Photographers' Blog

A night at Tiffany’s

I started this little “pet project” that will take me who knows where.

It is about Pattaya, a magnet for foreign tourists seeking sun, sea, watersports and racy nightlife not far from Bangkok. Andrew Marshall calls it Sin City, Sodom-on-Sea, the Gomorrah of Tomorroh in his article for Time magazine.

It was just a simple, sleepy fishing village before Americans turned it into something very different – a R&R destination for their soldiers fighting in Vietnam. The rest is legend.

Americans left, the war against communism was over, but Pattaya stayed what it used to be, attracting “the worst kind of Western tourists” as the travel books suggested.

Well, and Russians, too. They also had “an issue” with communism that belongs to the past. Now, they are new dear guests locals “love long time,” and American signs are changing to the Russian language. In Pattaya, there are no losers – only winners swapped at the throne. Its privileged status, sometimes above or beside the laws, guarantees the win-win situation.

If you like that kind of game.

Here is the first set of pictures I will have from Pattaya. It is from Tiffany’s – a world-famous transvestite cabaret show with dozen of artists performing every night for tourists. Probably the nicest place in Pattaya, with the nicest people and the most incredible show.

from Russell Boyce:

Asia – A week in pictures 14 August 2011

This week Pakistan marked its day of independence from British rule with parades, parties, face painting and bombs.  Two pictures of faces covered in colour, one paint, the other blood, seems to sum up all there needs to be said about the national pride Pakistan feels while facing so many challenges. Visually the complementary colours of green and red (colours on opposite sides of the colour spectrum) make the pictures jump out of the page especially when put side by side. The angry eye staring out of the face of green in Mohsin Raza's picture engages the viewer full on while in Amir Hussain's picture the man seems oblivious of his wound as blood covers his face, again more opposites, this time not in colour but mood. India too is preparing to celebrate its independence and Dehli-based photographer Parivartan Sharma's picture of festival preparations came to mind after I put together the red-and-green combination picture from Pakistan.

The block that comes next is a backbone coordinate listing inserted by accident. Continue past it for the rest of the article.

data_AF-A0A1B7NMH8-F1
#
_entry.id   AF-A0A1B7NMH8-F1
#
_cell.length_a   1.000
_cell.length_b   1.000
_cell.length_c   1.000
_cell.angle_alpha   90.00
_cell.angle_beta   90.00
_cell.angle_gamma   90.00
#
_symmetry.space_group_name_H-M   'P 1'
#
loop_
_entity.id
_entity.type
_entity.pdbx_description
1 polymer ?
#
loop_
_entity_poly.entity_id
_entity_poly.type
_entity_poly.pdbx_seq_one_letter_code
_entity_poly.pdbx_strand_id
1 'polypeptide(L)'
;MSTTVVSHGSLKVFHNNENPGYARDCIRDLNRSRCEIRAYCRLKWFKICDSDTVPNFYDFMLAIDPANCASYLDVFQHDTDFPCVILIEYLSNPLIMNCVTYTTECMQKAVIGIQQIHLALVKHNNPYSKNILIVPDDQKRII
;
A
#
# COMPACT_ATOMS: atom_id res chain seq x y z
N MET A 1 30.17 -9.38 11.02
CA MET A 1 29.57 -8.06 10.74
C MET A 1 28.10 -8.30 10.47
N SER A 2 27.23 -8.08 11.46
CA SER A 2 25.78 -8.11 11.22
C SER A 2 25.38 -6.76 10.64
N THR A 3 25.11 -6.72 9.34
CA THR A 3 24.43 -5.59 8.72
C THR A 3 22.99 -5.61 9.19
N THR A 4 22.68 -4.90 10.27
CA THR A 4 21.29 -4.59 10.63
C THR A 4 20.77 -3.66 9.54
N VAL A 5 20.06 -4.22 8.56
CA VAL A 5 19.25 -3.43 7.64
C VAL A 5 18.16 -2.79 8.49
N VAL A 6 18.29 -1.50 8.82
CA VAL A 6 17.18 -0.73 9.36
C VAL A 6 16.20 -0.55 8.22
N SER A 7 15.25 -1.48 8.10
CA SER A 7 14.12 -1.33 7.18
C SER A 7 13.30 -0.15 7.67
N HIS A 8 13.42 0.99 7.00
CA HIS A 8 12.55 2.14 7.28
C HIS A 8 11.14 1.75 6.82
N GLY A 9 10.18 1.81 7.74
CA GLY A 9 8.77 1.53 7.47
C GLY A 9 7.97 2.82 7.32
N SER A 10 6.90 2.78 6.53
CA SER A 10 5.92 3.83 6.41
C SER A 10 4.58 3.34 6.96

(top left) A man, with his face painted depicting the colours of the Pakistan national flag, attends a ceremony to mark the country's Independence Day at the Wagah border crossing with India on the outskirts of Lahore August 14, 2011. Pakistan gained independence from British rule in 1947. REUTERS/Mohsin Raza

A man, his face bloodied by a head injury, is held by a resident as he waits to be evacuated from the site of a bomb blast in Dara Allah Yar, located in the Jaffarabad district of Pakistan's Balochistan province, August 14, 2011. A bomb ripped through the two-story building in Pakistan's restive southwest on Sunday, killing at least 11 people and wounding nearly 20, police said. REUTERS/Amir Hussain